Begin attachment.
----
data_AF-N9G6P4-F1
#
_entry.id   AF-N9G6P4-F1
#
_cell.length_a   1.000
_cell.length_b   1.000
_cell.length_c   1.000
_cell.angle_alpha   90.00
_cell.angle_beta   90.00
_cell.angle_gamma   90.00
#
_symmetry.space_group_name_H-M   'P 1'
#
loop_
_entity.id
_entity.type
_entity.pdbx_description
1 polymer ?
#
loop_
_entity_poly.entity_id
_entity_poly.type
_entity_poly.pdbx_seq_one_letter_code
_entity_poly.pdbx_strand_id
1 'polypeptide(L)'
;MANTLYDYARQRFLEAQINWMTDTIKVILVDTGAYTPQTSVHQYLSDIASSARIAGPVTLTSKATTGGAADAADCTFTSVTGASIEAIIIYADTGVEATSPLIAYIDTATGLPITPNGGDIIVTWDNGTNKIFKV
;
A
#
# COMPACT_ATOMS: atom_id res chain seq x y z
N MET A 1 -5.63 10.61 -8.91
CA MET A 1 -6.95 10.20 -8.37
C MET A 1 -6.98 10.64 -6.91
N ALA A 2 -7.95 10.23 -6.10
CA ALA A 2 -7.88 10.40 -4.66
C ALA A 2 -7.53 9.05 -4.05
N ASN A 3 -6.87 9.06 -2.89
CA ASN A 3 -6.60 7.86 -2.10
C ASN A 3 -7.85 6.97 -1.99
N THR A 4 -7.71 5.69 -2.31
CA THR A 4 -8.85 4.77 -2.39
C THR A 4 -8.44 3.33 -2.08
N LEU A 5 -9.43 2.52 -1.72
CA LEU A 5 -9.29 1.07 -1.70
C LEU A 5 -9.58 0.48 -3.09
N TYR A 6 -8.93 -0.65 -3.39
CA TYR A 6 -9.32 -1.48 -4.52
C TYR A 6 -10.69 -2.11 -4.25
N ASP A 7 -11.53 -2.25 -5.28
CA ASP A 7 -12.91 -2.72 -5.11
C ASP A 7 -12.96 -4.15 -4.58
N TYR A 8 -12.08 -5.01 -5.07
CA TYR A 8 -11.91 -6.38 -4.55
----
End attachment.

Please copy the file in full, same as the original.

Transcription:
data_AF-N9G6P4-F1
#
_entry.id   AF-N9G6P4-F1
#
_cell.length_a   1.000
_cell.length_b   1.000
_cell.length_c   1.000
_cell.angle_alpha   90.00
_cell.angle_beta   90.00
_cell.angle_gamma   90.00
#
_symmetry.space_group_name_H-M   'P 1'
#
loop_
_entity.id
_entity.type
_entity.pdbx_description
1 polymer ?
#
loop_
_entity_poly.entity_id
_entity_poly.type
_entity_poly.pdbx_seq_one_letter_code
_entity_poly.pdbx_strand_id
1 'polypeptide(L)'
;MANTLYDYARQRFLEAQINWMTDTIKVILVDTGAYTPQTSVHQYLSDIASSARIAGPVTLTSKATTGGAADAADCTFTSVTGASIEAIIIYADTGVEATSPLIAYIDTATGLPITPNGGDIIVTWDNGTNKIFKV
;
A
#
# COMPACT_ATOMS: atom_id res chain seq x y z
N MET A 1 -5.63 10.61 -8.91
CA MET A 1 -6.95 10.20 -8.37
C MET A 1 -6.98 10.64 -6.91
N ALA A 2 -7.95 10.23 -6.10
CA ALA A 2 -7.88 10.40 -4.66
C ALA A 2 -7.53 9.05 -4.05
N ASN A 3 -6.87 9.06 -2.89
CA ASN A 3 -6.60 7.86 -2.10
C ASN A 3 -7.85 6.97 -1.99
N THR A 4 -7.71 5.69 -2.31
CA THR A 4 -8.85 4.77 -2.39
C THR A 4 -8.44 3.33 -2.08
N LEU A 5 -9.43 2.52 -1.72
CA LEU A 5 -9.29 1.07 -1.70
C LEU A 5 -9.58 0.48 -3.09
N TYR A 6 -8.93 -0.65 -3.39
CA TYR A 6 -9.32 -1.48 -4.52
C TYR A 6 -10.69 -2.11 -4.25
N ASP A 7 -11.53 -2.25 -5.28
CA ASP A 7 -12.91 -2.72 -5.11
C ASP A 7 -12.96 -4.15 -4.58
N TYR A 8 -12.08 -5.01 -5.07
CA TYR A 8 -11.91 -6.38 -4.55